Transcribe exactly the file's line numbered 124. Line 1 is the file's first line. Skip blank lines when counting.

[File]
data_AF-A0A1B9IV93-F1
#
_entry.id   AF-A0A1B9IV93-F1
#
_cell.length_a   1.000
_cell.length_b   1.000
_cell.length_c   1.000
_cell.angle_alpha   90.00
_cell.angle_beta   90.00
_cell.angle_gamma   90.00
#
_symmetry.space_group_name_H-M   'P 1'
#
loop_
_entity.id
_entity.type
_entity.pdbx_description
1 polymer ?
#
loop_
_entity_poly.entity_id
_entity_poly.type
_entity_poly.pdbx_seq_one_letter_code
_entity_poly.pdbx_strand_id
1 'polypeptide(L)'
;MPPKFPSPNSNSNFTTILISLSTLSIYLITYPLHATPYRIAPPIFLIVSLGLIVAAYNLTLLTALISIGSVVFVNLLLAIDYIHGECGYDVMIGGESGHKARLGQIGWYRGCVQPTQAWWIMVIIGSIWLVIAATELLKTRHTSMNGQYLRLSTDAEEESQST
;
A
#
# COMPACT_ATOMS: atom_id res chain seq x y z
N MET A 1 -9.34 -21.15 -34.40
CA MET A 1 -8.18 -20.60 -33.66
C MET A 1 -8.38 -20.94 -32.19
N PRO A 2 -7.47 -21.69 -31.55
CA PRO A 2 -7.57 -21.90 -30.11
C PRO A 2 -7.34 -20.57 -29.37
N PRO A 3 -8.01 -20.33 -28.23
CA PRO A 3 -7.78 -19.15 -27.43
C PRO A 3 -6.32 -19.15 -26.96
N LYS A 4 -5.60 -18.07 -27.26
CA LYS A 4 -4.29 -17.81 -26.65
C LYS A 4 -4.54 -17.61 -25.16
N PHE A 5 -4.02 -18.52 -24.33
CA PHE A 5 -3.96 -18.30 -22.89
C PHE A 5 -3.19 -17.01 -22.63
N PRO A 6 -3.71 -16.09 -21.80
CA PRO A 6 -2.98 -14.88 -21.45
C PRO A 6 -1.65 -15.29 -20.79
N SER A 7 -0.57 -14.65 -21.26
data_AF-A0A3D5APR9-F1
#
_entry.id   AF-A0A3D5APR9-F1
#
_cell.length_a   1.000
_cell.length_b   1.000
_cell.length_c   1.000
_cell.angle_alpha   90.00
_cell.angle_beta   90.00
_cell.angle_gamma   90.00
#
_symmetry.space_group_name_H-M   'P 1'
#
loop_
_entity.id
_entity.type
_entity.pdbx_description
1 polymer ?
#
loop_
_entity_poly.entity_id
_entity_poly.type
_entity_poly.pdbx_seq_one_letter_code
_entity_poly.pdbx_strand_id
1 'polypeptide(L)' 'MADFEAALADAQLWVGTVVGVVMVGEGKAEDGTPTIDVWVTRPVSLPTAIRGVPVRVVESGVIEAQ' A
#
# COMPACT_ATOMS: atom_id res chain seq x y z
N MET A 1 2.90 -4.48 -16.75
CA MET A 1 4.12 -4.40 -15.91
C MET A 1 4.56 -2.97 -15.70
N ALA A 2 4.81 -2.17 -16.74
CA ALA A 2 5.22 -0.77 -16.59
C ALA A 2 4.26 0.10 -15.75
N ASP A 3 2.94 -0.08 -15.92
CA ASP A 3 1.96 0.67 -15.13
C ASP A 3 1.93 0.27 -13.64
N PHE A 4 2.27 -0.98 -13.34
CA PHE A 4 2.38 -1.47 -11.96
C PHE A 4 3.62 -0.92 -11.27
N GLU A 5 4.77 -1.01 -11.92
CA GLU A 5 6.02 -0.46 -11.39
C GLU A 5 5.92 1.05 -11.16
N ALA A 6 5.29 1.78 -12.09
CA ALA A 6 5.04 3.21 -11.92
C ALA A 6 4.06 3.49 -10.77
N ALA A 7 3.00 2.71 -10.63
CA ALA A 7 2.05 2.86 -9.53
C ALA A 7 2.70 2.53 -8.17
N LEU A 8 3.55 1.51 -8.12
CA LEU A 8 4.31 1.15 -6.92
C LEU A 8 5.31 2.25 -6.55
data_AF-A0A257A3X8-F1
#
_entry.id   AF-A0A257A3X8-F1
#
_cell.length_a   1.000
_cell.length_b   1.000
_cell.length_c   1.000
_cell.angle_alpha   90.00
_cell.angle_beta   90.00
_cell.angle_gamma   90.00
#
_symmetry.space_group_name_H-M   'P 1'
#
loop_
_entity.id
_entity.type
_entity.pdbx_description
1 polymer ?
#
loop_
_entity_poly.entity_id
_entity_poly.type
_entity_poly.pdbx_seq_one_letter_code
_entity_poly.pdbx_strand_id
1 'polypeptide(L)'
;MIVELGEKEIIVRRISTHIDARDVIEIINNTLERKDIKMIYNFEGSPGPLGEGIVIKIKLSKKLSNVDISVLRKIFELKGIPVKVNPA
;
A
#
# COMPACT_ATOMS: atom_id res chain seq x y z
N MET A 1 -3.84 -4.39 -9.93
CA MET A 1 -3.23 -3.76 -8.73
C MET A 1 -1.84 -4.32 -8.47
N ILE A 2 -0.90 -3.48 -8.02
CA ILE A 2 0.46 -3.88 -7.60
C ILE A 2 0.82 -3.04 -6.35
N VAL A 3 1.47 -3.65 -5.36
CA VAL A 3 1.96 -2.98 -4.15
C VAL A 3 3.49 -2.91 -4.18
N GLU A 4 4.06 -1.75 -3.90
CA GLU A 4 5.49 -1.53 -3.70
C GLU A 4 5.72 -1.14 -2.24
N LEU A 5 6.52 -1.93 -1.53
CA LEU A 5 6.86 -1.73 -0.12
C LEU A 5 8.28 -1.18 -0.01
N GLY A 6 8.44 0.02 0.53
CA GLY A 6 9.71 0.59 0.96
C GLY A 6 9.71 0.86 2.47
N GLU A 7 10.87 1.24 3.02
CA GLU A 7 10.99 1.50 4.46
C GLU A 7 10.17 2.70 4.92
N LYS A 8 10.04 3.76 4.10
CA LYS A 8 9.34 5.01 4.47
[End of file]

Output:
_entity_poly.pdbx_strand_id